Every week, I scan my reflections and experiences to answer that rich question, “Where is God in my day?” The answer that has been bubbling up more than once lately is “in prayer”. The topic came while listening to “On Being” as I exercised, a radio show I’d highly recommend, based out of Minnesota. The host, Krista TIppet, always has rich conversations with people on topics related to faith and meaning. The particular show I was listening to that day was a repeat, one of my favorites called “Approaching Prayer”, and it got me thinking about prayer in my own life.
What does it mean to pray? When I was a kid in elementary school, the class recited the Lord’s Prayer every morning after O Canada. The words were so ingrained in me that I hardly thought about them, like the rhyming german prayers that my sisters and I whipped off obediently before meals at home. To this day, I can recite those meal prayers so fast that they sound like one word! We hardly thought about the words before we ate (though looking back, it probably didn’t hurt to practice a habit of gratitude for the food).
Images of people reciting a list of requests also comes to mind, which assume God to be that great Santa in the sky. And, though conversations about faith have largely left our culture, people still sometimes say, “I’ll pray for you,” when a friend is going through a tough time.
One of my first memories is of praying before bed. My sister Hilde, the oldest of us 4 girls, was battling leukemia, and I remember kneeling at my headboard, and asking (in german, which I thought was God’s language!) that she get better. God didn’t answer that prayer the way we expected, since she passed away in 1968, but the memory of those heartfelt prayers stayed with me. In my child’s faith, I never questioned that God was listening, the same way I knew He was watching over us as we grieved.
Another childhood prayer came as I contemplated a painting on the wall of my bedroom. In the famous picture, an angel is guarding two vulnerable children as they walk across a rickety bridge. I was fascinated with that picture even as I was horrified by the dangers of the kids faced. Despite my terror, I always had that sense that God was like that angel, ever present in my life, guarding my steps and not far from my thoughts.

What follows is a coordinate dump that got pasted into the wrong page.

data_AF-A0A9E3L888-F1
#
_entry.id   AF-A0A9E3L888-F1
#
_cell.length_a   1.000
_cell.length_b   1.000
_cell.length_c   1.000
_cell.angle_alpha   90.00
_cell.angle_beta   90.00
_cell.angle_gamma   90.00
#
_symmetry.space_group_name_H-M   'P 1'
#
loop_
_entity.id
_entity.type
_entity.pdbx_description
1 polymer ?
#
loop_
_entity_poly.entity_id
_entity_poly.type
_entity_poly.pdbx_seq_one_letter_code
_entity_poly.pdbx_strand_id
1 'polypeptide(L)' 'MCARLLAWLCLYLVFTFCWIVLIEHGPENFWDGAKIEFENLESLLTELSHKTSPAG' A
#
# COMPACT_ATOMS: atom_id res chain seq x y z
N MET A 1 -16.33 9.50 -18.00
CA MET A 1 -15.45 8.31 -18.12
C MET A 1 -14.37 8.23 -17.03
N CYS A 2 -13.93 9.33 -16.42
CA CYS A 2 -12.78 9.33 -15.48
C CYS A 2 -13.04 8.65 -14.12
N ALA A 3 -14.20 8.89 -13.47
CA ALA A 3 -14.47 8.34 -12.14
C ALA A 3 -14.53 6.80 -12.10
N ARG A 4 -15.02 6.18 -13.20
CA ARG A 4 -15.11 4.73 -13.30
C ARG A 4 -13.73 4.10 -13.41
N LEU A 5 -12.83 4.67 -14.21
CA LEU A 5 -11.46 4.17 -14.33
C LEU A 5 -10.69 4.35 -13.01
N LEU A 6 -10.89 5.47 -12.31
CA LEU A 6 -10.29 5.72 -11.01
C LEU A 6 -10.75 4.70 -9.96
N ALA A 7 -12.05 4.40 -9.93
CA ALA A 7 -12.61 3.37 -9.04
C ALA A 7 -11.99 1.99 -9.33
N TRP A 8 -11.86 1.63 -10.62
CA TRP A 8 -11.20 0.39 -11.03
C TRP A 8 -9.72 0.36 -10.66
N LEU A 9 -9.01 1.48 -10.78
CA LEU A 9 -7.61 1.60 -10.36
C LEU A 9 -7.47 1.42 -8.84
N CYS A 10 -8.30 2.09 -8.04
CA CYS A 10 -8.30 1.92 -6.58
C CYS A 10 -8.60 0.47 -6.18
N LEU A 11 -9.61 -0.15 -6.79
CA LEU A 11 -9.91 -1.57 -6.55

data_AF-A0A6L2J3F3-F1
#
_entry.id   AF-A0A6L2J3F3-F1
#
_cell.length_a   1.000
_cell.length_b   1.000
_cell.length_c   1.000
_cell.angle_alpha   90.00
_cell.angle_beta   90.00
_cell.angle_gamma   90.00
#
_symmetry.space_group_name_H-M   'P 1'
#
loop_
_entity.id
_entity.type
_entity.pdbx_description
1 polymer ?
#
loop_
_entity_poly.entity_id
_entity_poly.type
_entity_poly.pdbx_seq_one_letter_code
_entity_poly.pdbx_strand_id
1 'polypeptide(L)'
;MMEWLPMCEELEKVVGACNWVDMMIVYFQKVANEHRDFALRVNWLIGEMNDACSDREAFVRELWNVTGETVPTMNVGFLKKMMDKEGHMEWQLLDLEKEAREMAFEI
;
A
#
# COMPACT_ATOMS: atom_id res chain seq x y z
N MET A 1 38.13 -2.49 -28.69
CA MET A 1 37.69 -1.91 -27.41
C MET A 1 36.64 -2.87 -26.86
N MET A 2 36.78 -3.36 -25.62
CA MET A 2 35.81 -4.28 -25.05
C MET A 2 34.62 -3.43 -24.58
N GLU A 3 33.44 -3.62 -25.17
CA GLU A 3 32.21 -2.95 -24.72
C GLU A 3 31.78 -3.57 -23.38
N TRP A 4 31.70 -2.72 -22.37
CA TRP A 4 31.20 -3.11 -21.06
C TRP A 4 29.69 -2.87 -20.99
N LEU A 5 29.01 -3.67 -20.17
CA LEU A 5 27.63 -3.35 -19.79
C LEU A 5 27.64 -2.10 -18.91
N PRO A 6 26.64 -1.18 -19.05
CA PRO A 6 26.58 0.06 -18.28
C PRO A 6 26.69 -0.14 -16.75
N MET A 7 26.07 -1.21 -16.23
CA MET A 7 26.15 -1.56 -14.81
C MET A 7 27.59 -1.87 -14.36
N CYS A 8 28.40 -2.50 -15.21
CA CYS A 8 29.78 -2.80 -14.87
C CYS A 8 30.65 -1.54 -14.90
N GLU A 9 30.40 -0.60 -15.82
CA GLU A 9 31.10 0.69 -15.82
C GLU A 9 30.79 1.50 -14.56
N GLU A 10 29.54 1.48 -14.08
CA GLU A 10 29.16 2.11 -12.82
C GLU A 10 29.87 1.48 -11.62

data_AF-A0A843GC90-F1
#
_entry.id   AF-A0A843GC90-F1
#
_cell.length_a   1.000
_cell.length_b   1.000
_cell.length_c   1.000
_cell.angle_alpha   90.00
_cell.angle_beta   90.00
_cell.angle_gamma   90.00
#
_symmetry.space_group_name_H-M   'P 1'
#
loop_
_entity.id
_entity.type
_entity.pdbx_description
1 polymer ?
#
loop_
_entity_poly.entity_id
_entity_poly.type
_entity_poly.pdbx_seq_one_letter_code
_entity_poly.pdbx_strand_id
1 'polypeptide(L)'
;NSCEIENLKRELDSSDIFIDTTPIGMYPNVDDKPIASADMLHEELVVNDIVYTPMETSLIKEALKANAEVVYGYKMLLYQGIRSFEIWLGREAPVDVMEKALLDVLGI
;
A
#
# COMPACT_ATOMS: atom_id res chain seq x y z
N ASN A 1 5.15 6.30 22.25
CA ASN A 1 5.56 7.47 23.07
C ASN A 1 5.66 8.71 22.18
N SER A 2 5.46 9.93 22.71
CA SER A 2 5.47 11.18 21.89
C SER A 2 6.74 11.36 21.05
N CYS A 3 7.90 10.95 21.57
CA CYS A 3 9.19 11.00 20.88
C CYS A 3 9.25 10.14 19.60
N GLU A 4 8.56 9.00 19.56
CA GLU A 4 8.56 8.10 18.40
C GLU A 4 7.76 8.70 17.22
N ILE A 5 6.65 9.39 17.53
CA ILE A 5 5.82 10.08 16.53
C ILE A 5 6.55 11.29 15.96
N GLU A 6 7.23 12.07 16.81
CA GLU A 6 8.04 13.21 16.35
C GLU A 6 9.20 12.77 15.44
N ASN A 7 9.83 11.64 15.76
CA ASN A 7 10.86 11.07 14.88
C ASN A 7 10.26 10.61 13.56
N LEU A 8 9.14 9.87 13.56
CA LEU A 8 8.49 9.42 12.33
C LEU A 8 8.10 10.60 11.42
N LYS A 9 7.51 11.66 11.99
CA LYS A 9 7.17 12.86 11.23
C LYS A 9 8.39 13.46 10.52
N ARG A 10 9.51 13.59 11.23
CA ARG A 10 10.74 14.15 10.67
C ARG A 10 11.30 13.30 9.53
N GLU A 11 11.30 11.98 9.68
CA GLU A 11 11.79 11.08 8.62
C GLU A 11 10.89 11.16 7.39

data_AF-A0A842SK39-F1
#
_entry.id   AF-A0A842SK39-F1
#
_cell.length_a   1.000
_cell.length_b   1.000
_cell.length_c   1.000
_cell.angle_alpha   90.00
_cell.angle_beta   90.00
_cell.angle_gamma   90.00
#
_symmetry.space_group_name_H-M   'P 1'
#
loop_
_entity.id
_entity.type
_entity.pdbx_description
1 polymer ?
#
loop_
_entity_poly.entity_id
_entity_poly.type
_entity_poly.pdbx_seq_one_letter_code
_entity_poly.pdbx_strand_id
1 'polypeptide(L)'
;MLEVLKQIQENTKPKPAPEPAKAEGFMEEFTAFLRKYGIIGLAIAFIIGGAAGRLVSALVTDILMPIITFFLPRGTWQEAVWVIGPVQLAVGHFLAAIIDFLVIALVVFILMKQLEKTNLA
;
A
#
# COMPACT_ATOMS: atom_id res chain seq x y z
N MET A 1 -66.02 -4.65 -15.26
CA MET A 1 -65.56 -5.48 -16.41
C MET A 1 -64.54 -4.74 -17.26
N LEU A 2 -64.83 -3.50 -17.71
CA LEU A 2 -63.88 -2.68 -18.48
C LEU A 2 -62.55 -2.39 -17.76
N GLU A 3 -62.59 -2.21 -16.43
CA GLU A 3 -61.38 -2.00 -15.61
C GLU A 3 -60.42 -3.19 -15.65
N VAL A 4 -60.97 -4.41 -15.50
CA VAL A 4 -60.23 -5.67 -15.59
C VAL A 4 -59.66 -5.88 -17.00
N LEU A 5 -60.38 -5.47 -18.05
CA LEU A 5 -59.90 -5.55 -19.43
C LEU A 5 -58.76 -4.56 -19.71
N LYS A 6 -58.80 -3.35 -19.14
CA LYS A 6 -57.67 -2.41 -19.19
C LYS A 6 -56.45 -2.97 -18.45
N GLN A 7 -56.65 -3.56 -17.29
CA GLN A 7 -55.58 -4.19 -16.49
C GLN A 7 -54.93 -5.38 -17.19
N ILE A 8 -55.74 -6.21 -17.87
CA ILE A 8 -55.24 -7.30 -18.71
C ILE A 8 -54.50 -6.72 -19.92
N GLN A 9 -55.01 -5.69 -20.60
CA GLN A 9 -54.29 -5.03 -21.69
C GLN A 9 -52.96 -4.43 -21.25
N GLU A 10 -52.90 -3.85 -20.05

Thanks to growing up in the faith communities of my school, church, family and now in my house church, I have always kept up the habit of prayer. But as an adult, I am hardly an expert at it. In fact, most times when I am caught up in life’s troubles, I lack faith and my prayers feel like trying to speak a foreign language. My prayers often feel like they are bouncing right back to me from the ceiling! But I know that I can be grateful for all my worries, because without them I would likely never feel the need to pray. There’s a great quotation that often comes to mind, “I only pray when I’m in trouble. But I’m in trouble all the time, so I always pray.” Isaac Bashevis Singer
Prayer to me is not just formal prayers that begin with “Dear God” and end with “Amen”, armed with that famous Christmas list. Prayer to me is an attitude of the heart. The Bible says to “Pray without ceasing”, and this seems like a tall order unless you consider that God surrounds us all the time, even if we are unaware of it. Being aware of God’s presence is what I would consider prayer, and what I most desire in life. I begin and end my days with prayer, but through scripture, I am encouraged to turn to God all day long, kind of like a sunflower turns towards the sun, its source of growth. Scripture also gives us the image that we are to “abide” in God, much like leaves are part of a vine.